What Matters for Electrification? Evidence from 70 Years of U.S. Home Heating Choices
The percentage of U.S. homes heated with electricity has increased steadily from 1% in 1950, to 8% in 1970, to 26% in 1990, to 39% in 2018. This paper investigates the key determinants of this increase in electrification using data on heating choices from millions of U.S. households over a 70-year period. Energy prices, geography, climate, housing characteristics, and household income are shown to collectively explain 90% of the increase, with changing energy prices by far the most important single factor. This framework is then used to calculate the economic cost of an electrification mandate for new homes. Households in warm states are close to indifferent between electric and natural gas heating, so would be made worse off by less than $500 annually. Household in cold states, however, tend to strongly prefer natural gas so would be made worse off by $3000+ annually. These findings are directly relevant to a growing number of policies aimed at reducing carbon dioxide emissions through electrification, and underscore the importance of pricing energy efficiently.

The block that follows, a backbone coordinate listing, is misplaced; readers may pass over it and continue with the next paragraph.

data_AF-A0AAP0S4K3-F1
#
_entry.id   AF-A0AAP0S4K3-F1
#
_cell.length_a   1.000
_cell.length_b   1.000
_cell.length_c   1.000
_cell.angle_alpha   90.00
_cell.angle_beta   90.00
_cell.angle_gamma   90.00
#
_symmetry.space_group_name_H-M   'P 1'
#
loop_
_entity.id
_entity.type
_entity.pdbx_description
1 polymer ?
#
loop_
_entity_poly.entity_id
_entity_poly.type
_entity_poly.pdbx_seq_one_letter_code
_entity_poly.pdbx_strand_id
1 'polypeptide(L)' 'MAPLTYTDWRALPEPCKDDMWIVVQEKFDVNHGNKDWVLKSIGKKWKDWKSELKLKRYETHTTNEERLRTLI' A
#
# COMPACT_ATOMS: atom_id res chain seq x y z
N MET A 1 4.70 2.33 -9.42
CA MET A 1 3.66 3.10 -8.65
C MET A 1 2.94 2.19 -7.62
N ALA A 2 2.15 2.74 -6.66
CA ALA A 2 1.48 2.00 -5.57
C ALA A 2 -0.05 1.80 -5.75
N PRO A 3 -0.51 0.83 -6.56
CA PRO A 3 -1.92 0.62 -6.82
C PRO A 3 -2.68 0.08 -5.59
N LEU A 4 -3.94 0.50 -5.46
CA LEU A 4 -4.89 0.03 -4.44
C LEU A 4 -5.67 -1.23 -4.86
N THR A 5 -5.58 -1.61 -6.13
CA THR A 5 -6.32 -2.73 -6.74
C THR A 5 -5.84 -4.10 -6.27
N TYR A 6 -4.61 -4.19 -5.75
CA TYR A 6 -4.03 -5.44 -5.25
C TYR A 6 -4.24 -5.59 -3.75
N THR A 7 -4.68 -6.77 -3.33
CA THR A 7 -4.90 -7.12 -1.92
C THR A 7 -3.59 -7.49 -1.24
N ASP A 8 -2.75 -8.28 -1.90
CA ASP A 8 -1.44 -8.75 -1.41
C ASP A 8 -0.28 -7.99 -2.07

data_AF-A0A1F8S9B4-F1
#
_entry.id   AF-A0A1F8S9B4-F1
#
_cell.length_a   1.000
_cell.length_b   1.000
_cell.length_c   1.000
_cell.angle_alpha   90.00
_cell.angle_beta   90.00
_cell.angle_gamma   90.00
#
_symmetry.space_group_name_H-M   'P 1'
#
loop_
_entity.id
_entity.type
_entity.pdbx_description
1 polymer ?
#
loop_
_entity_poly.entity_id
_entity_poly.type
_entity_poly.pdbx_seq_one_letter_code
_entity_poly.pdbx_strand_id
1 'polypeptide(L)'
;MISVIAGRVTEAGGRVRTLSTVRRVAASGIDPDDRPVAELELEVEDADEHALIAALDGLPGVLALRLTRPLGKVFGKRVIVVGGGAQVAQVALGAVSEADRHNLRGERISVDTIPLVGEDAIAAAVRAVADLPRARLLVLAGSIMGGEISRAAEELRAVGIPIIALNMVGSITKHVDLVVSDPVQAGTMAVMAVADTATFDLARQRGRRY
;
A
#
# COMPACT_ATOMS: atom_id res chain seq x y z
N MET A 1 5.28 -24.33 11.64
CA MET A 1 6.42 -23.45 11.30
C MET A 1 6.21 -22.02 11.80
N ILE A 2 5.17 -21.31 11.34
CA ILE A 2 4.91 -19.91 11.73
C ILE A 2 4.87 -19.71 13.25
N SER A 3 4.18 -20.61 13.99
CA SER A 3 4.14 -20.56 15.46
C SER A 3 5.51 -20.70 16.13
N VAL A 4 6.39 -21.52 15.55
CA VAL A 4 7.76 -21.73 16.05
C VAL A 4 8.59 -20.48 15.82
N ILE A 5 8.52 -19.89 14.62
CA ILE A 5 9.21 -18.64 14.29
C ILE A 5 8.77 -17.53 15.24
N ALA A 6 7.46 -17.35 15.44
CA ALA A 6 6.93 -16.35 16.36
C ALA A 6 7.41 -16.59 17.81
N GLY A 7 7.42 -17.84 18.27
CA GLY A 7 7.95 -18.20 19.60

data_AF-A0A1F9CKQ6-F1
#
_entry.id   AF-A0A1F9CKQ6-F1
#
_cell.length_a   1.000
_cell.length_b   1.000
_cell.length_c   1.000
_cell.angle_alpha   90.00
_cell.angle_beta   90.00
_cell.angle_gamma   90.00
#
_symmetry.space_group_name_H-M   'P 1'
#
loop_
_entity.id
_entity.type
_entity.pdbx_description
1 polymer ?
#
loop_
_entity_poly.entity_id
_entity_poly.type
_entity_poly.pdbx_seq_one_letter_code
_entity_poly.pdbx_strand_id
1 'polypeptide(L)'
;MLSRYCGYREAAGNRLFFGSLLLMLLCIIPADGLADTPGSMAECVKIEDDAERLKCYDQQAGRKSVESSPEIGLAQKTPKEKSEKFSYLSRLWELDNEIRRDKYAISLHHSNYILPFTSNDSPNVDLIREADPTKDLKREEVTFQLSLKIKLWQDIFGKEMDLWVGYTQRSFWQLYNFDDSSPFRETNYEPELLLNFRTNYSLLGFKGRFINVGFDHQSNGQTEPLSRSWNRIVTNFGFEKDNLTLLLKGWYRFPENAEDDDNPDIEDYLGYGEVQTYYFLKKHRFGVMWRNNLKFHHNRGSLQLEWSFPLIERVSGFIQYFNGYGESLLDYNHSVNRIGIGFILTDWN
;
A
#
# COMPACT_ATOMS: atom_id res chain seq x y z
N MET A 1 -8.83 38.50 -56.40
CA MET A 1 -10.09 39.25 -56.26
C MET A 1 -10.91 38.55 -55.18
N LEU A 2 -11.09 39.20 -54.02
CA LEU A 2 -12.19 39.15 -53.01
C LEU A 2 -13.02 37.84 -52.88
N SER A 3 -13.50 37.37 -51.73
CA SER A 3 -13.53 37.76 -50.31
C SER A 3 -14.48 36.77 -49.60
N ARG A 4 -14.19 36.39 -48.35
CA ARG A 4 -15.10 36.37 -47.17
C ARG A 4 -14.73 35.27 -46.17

I am grateful to seminar participants at UC Berkeley and the University of Wisconsin for helpful comments and to Pengyu Wang for excellent research assistance. I have not received any financial compensation for this project nor do I have any financial relationships that relate to this research. The analysis relies entirely on publicly-available data and all data and code will be posted on my website upon completion of the project. The views expressed herein are those of the author and do not necessarily reflect the views of the National Bureau of Economic Research.
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